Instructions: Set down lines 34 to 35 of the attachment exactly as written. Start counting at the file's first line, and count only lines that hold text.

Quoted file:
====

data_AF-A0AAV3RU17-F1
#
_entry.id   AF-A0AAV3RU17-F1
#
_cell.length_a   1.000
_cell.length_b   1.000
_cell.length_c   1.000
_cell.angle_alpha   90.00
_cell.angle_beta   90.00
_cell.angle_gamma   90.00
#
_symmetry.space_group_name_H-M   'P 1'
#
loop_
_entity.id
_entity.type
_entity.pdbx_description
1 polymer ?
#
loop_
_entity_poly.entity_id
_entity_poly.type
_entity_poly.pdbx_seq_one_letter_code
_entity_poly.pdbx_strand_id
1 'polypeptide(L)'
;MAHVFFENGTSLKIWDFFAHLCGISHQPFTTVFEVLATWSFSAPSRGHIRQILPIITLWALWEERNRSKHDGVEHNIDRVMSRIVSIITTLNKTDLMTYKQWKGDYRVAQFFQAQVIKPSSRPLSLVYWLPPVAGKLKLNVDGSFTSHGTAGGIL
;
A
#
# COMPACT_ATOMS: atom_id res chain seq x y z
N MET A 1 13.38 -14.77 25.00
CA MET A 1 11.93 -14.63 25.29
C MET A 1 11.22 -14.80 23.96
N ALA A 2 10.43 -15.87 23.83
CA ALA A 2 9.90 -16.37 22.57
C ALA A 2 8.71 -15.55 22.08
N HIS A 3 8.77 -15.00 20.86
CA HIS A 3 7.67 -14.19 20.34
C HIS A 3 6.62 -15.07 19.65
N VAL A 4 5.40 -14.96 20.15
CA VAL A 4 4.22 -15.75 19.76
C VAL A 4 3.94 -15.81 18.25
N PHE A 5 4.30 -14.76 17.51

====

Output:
N ALA A 2 10.43 -15.87 23.83
CA ALA A 2 9.90 -16.37 22.57